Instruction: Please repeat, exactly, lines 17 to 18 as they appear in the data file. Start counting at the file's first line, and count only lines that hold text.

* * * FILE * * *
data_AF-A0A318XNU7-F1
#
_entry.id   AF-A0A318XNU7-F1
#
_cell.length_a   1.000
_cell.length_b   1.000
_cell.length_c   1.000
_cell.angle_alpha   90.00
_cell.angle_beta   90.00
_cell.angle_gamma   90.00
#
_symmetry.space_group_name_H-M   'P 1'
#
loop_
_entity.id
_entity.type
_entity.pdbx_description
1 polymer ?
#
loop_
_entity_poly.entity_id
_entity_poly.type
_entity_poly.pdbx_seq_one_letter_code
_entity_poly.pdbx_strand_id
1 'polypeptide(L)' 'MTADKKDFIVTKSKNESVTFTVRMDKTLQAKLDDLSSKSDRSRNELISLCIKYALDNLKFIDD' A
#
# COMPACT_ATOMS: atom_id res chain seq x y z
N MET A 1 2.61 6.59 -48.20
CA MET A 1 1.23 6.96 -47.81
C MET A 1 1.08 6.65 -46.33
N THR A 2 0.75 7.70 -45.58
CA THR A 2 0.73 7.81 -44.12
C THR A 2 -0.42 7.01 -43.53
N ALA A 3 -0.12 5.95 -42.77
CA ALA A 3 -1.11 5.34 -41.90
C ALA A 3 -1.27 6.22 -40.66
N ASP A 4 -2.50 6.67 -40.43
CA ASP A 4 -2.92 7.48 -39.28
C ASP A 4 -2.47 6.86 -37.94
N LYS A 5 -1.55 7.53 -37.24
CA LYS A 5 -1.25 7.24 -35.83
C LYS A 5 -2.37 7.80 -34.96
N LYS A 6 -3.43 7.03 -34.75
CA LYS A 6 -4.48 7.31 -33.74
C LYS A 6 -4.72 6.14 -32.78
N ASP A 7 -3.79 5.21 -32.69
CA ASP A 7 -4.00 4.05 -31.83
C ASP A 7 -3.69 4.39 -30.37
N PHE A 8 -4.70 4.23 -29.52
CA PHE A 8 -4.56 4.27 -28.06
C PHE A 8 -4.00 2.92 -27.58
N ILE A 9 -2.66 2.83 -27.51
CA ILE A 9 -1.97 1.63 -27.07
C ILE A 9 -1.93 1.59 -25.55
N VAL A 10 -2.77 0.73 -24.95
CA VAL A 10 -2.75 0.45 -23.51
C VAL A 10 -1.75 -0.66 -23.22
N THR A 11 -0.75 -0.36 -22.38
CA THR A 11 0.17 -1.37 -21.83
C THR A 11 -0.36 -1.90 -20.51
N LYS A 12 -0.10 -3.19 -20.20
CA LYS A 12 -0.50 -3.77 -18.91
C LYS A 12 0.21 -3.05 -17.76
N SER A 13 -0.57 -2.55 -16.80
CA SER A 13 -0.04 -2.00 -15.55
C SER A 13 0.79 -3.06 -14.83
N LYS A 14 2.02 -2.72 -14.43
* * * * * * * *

_entity.pdbx_description
1 polymer ?